For Bristol, Jordan Davis was responsible for half of the Flyers assists in the third (3/6) as Bristol shot 50% in the quarter. There was no single scorer for the home side that was doing the damage, making it difficult for the Eagles to know who to focus on.
At the end of the third it seemed that the game would likely be a win for Bristol as they led 58-43 but with the aggregate still involved it was now all about making sure that the lead stayed above 11. With ten minutes left the play the scoreboard showed Bristol up by 15 but in reality this was just a two possession game.
Into the final period and Newcastle continued where they did in the third, shooting threes… Badly. The away side made just a single shot from behind-the-arc in the quarter and threw the ball up on nine occasions. Nimley, Lasker and Kai Williams each had three attempts for the Eagles, with Williams making the single triple.
In contrast, the Flyers only took ten shots in total in the final ten minutes! Six Bristol turnovers were what was allowing Newcastle to stay within reach and the Eagles added eight of their points in the period through Bristol’s mishandling of the basketball.
With Newcastle needing to start making their shots or face going home you’d expect them to rely on the league’s leading scorer, Jaysean Paige. Unfortunately for them, the decision to put him into the game from the very start of the final quarter backfired as he picked up his final foul and was forced to sit out the last eight minutes and watch his team struggle without him.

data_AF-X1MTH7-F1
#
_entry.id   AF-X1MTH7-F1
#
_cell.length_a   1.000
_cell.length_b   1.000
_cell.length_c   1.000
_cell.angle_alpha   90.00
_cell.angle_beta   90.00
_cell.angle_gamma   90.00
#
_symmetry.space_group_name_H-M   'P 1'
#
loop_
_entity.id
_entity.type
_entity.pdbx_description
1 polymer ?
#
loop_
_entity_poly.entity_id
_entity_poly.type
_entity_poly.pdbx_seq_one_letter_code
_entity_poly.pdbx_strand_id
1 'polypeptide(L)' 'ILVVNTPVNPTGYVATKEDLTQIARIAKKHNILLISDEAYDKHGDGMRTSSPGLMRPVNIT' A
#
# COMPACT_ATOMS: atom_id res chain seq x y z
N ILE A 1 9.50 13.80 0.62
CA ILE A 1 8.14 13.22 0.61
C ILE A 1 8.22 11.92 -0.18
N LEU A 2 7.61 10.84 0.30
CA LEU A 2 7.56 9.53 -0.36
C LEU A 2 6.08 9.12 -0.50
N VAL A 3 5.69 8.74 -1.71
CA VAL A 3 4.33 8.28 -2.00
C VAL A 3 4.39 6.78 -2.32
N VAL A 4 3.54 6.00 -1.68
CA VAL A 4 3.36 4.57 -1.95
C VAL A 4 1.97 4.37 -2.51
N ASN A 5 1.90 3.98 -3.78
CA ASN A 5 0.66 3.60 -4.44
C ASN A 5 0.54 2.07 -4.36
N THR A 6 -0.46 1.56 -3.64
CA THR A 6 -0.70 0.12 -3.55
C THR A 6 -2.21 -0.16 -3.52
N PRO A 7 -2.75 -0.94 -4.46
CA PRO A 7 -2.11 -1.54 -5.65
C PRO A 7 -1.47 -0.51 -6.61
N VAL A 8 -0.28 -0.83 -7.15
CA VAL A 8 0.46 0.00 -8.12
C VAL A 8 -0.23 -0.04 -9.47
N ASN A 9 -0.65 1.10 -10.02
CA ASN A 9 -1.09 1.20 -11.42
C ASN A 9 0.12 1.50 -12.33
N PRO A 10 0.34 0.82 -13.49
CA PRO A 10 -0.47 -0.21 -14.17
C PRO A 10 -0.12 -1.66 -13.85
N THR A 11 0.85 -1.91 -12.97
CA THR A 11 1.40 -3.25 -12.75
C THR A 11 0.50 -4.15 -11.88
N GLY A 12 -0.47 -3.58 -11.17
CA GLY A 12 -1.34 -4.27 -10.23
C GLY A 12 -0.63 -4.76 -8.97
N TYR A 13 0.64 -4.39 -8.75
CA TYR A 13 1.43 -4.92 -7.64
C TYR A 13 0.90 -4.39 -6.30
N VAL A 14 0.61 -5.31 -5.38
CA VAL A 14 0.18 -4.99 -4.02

Although Bristol were only able to take ten shots in the final quarter, their 60% success rate ensured Newcastle weren’t able to form a comeback, making just one more successful field goal for the period than the Flyers, despite taking 12 extra shots!
The game ultimately came down to nothing but defence and shooting and Bristol seemed to play it patiently and perfectly against the former champions.
With Newcastle shooting just 31% in comparison to Bristol’s 45% it meant Newcastle had to make up for that drop quite significantly other areas.
Whilst Newcastle did lead the way in committing fewer turnovers, giving it up four times less than the Flyers and scoring two more points than Bristol, those two points were a minimal gain.
Newcastle led the way on offensive rebounding too, grabbing two extra offensive boards… They though scored two points less from those extra opportunities than Bristol did theirs, meaning that this cancelled out the two points they gained on turnovers.
At the end of the day Bristol kept Newcastle to 4/24 shooting from three-point range and it dragged the Eagles down. That, combined with Bristol’s effective shooting was enough to more than overturn the 11-point first leg deficit with Bristol coming out as winners by 17 points on the night and six on aggregate.
As the old cliché says, “You live by the three, you die by the three.”
A passionate fan of basketball since 2004, Aaron briefly played at SGS (then Filton College) under Head Coach Andreas Kapoulas.
Fast forward a number of years, Aaron now contributes to recording the statistics for the Flyers home games as a club Statistician, you’ll often find him sat at the table courtside taking stats into his laptop at every home game.
Do you agree with Aaron? Follow him on Twitter @eamer and let him know what you think!